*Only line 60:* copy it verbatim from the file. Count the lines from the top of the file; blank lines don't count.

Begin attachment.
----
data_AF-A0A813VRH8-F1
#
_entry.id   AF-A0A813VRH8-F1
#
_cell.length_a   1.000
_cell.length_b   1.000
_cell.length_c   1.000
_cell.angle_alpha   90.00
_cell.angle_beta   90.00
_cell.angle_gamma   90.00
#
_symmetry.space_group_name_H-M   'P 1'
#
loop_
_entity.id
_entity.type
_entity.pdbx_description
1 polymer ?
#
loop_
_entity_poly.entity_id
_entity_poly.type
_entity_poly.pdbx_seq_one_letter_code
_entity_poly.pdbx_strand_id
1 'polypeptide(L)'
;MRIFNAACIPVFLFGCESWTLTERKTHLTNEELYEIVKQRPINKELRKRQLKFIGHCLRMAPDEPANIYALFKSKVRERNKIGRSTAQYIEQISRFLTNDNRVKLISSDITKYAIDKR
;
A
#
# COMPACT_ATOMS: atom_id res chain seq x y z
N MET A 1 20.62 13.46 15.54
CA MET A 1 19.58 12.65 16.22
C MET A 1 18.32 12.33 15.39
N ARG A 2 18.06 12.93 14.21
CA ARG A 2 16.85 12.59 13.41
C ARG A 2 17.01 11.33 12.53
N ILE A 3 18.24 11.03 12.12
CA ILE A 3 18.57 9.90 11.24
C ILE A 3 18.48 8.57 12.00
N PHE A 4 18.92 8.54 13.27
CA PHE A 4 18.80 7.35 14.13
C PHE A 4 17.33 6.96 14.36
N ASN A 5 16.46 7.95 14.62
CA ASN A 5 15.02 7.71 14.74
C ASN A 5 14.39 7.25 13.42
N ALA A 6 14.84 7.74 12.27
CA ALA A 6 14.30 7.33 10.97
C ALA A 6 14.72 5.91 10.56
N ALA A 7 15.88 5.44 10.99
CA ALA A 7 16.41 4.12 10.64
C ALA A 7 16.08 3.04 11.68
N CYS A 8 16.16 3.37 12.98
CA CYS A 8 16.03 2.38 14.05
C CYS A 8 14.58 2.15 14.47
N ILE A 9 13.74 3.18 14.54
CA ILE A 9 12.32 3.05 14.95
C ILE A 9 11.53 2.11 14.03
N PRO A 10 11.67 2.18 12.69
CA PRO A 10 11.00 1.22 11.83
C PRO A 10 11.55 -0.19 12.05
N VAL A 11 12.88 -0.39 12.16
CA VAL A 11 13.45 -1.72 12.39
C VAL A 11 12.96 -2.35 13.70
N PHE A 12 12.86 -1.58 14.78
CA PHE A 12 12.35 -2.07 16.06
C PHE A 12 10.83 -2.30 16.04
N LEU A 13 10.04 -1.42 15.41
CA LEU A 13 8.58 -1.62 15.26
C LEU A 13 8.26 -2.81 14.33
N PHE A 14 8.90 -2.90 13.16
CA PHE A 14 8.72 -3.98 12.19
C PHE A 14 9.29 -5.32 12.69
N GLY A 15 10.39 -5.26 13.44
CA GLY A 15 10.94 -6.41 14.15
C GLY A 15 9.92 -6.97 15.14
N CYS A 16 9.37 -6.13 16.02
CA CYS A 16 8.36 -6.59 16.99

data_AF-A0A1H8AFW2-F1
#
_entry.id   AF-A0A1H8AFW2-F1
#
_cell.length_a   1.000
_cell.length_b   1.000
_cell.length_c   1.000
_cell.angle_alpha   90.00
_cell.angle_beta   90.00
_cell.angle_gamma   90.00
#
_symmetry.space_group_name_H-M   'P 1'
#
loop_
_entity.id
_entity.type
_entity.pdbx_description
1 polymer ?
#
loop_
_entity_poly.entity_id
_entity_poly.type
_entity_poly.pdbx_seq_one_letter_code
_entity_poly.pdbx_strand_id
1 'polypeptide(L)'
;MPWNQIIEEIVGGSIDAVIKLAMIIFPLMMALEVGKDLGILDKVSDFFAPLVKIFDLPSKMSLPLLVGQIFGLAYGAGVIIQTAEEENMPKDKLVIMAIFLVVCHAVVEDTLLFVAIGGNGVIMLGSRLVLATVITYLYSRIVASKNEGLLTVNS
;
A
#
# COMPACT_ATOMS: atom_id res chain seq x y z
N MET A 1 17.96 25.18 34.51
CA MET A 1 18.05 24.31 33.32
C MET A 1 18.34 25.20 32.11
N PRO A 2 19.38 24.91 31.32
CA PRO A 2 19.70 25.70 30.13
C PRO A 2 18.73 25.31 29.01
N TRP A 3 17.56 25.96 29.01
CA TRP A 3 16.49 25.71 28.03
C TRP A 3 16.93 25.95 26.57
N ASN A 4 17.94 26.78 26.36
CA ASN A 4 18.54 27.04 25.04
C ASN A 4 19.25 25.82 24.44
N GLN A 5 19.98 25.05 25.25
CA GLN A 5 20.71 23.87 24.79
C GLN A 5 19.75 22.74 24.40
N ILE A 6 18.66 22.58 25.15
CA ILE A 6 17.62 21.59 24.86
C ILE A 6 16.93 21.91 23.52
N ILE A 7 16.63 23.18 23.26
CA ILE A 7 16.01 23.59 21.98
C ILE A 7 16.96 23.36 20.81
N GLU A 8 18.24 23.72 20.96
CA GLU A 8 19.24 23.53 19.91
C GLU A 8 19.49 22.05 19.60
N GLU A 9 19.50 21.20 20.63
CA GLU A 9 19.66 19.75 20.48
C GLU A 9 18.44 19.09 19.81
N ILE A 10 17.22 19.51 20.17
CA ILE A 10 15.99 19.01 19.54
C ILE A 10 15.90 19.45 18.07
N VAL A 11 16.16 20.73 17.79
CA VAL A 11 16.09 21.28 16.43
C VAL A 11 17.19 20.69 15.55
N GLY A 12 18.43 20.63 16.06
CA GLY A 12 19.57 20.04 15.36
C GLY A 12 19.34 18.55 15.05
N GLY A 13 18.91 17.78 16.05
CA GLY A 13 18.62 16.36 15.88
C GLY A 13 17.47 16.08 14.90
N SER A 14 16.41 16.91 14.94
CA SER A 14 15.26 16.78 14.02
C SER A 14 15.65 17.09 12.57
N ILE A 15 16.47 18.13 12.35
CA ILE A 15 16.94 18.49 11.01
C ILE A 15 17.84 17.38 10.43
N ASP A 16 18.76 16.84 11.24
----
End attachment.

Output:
C PRO A 10 11.55 -0.19 12.05